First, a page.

Wednesday, 5 November 2014

Book Review: Just Can't Get Enough -- Toys, Games and Other Things from the '80s that Rocked

Elements of this article originally appeared on the (now defunct) CastleCo-Op.com. This one's for you, Phil!

Pic from Amazon.com


Just Can’t Get Enough: Toys, Games and Other Things from the ‘80s that Rocked

Authors: Matthew Robinson and Jensen Karp

Year: 2007

Publisher: Abrams Image

The Background

When my now-wife and I started dating back in 2009, one of the first things we bonded over was our mutual love of the 1980s. Sensing my fondness for kid's toys and pop culture, she loaned me the subject of today's review, which I instantly loved and have never really returned -- now that we're married, the point seems kind of moot, too.

The Book

Toy-wise, the 1980s and 1990s were an interesting time to be a child in the Western world. Cartoons and action figures had been around for several decades previously, but it was in the 1980s that the combination of the two really came into bloom. Cartoons like He-Man, Thundercats and Transformers dominated not only the TV screens but the toy shop as well. Care Bears sold by the truckload. Kids all around the world were lapping this stuff up, and the companies involved were presumably all sleeping on mattresses filled with gold bullion.
 
In hindsight, all these kid's fads seem to be a typical example of the “Greed is Good” attitude that many believe defined the 1980s. Yet it is a model that has never truly gone away…just grown more subtle over the years. As adults, we're a little more aware that our favourite childhood toys were often more the products of cynical marketing meetings, rather than inspired creativity -- and yet it does not usually affect our previous enjoyment of them.

Styled to look like a Trapper Keeper, Just Can’t Get Enough is awash with brightly coloured pictures, amusing anecdotes, disturbing personal revelations and historical trivia. It’s somewhat comparable in concept to The A-Zof Cool Computer Games, though perhaps a little more cynical and (although I dislike using the term as a descriptor) American.

Many of the biggest children’s fads of the decade get a look-in. He-Man, Voltron, World Wrestling Federation, Hungry Hungry Hippos….the list goes on. Most you’ll be familiar with, even if only in passing. But there were a few I’d genuinely never heard of before -- the Lite-Brite? Did any of you ever own one of these? Maybe it was a U.S. thing, or maybe I was just too young, being an '85 baby.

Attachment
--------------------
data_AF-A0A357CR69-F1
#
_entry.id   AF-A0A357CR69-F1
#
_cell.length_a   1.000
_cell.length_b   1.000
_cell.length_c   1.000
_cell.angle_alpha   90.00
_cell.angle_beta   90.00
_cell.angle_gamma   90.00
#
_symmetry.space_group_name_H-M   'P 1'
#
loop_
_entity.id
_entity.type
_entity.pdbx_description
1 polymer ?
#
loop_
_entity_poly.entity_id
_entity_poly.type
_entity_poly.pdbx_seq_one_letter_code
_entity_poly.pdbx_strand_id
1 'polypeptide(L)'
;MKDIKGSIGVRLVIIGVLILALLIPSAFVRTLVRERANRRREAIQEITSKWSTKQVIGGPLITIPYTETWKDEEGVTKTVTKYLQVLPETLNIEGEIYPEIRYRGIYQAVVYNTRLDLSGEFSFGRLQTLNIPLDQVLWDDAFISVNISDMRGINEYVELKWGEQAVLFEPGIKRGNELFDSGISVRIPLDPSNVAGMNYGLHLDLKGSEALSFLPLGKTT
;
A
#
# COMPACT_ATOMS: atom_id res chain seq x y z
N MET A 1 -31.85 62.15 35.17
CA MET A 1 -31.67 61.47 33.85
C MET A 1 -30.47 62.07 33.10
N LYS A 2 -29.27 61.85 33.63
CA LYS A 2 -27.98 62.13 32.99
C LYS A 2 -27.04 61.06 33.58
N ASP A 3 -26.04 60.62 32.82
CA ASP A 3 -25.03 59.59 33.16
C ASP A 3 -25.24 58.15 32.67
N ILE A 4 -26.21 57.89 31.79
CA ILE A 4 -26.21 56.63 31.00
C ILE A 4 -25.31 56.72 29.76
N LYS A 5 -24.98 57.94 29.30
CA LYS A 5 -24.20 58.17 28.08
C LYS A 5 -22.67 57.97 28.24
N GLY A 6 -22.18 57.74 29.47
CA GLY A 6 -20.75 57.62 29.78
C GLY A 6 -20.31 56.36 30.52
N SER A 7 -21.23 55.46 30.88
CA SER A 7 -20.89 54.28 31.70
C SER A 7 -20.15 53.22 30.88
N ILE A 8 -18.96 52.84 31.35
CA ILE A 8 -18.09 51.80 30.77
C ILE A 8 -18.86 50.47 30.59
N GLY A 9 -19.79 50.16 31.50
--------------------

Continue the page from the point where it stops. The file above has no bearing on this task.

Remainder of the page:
Each chapter takes a look at the history of the toy/game/book in question, its current availability status and a brief overview of any related spin-offs. For example, the section on He-Man features an assessment of the live-action movie starring Dolph Lundgren and Frank Langella (oh, it happened).

I was particularly pleased to see that Choose Your Own Adventure books were also featured within. Anyone who knows me well is probably aware of my childhood obsession with these marvellous pieces of children’s literature. They’ve long since come and gone in their popularity, but as a young child I was absolutely hooked.
 
Importantly, it’s not just boy’s stuff that gets a look in -- there’s plenty of coverage for more traditionally female items like Rainbow Brite and Strawberry Shortcake. The Cabbage Patch Kids chapter in particular is one of the funniest in the book.

How do all of these retro relics hold up after so many years? As might be expected, it’s a little bit mixed. There are plenty of toys within that still look cool as an adult. Other items have not fared so well, or were simply terrible at time of release, but people were sucked in by hype. Take Pogo Balls -- much like the authors, I remember just about everyone owning one of the things, but I would be hard pressed to remember seeing anyone actually use one. I suppose it’s a powerful example of how well marketing can work on young impressionable minds.

There were a few omissions from the volume that were disappointing. Perhaps the most shocking was the Teenage Mutant Ninja Turtles, posterboys for the 1980s if ever there were some. Still, things are always going to get left out, I suppose.
 
Not long after the original version of this article was published online, I actually interviewed Jensen Karp via email. My document of this seems to have been lost (though I am looking), but I recall him mentioning there were a number of other chapters planned, but for space and other considerations, they just didn't happen (possibly accounting for the lack of TMNT?). He also mentioned the prospect of a 1990s-based sequel, which didn't seem like it was getting off the ground through no fault of their own -- one was released in 2013, but it seems that it was entirely separate from their involvement. I own that volume too, though, so I may have to look at it on here soon.
 
Just Can't Get Enough is primarily a hilarious experience and highly recommended. But it's also slightly tinged with sadness; the 1980s are gone and they'll never be back. Similarly depressing is that  the reminder (or in some cases, revelation) that many of your favourite childhood moments were facilitated by cynical companies who were simply looking to squeeze money from your parents. Still, that’s all part of growing up; you can’t live in a rosy childhood forever.

Though it seems increasingly unlikely, I’d love to see a companion volume, covering some other '80s fads. With their reverential yet irreverent tone, Jensen Karp and Matthew Robinson did a thoroughly entertaining job of bringing some of these near-forgotten things to life again.



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